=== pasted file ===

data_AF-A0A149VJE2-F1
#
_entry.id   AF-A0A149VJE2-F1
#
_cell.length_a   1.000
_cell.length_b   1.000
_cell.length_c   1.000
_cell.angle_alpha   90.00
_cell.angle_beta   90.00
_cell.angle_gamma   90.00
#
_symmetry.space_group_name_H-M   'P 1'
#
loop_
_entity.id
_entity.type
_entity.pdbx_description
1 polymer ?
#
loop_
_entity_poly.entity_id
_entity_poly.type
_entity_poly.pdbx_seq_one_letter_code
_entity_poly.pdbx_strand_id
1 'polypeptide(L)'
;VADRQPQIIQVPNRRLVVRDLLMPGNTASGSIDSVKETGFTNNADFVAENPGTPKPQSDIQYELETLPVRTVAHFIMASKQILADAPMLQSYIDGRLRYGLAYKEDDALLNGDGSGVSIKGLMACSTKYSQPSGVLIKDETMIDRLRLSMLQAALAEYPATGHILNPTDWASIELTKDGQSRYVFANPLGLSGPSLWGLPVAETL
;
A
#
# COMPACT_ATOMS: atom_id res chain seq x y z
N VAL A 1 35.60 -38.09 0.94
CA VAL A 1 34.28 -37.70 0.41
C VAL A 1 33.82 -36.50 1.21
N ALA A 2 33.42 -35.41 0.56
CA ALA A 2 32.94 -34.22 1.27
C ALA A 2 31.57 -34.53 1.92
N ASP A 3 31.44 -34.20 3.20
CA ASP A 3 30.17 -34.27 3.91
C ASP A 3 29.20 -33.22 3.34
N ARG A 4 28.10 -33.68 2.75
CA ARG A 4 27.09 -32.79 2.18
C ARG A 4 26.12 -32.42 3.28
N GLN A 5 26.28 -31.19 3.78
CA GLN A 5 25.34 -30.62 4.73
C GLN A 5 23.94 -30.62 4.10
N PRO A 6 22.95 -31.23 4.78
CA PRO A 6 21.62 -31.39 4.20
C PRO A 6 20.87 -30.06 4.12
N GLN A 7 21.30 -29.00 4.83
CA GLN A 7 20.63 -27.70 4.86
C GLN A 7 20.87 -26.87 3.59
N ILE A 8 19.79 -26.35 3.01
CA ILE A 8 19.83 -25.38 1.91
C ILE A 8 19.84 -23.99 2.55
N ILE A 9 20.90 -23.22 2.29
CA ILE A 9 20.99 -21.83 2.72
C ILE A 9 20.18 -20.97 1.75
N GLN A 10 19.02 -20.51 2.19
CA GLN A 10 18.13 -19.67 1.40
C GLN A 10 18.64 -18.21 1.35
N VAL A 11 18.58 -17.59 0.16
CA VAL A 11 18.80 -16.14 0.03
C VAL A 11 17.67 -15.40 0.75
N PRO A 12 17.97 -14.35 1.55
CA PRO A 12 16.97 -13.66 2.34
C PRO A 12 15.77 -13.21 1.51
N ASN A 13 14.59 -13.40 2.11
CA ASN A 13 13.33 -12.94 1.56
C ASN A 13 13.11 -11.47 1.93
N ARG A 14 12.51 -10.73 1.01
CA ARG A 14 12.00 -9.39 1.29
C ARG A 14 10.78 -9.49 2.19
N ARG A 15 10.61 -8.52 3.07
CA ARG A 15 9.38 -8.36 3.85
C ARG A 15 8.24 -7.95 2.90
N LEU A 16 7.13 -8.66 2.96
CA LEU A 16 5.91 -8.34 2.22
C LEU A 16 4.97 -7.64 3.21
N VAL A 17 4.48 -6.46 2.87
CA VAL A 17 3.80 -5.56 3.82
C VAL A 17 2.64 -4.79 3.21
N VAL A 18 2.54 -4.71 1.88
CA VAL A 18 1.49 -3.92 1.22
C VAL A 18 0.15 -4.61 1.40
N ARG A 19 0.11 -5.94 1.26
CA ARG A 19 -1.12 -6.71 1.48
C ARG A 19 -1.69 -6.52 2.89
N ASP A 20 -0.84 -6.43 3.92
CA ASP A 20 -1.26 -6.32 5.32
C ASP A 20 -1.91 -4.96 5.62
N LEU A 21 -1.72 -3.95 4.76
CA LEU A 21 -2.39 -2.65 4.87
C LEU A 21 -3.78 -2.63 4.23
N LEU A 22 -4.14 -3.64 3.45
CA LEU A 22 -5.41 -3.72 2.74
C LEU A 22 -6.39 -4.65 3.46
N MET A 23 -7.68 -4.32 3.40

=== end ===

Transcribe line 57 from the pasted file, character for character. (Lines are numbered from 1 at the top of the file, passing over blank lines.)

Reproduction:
C ILE A 9 20.18 -20.97 1.75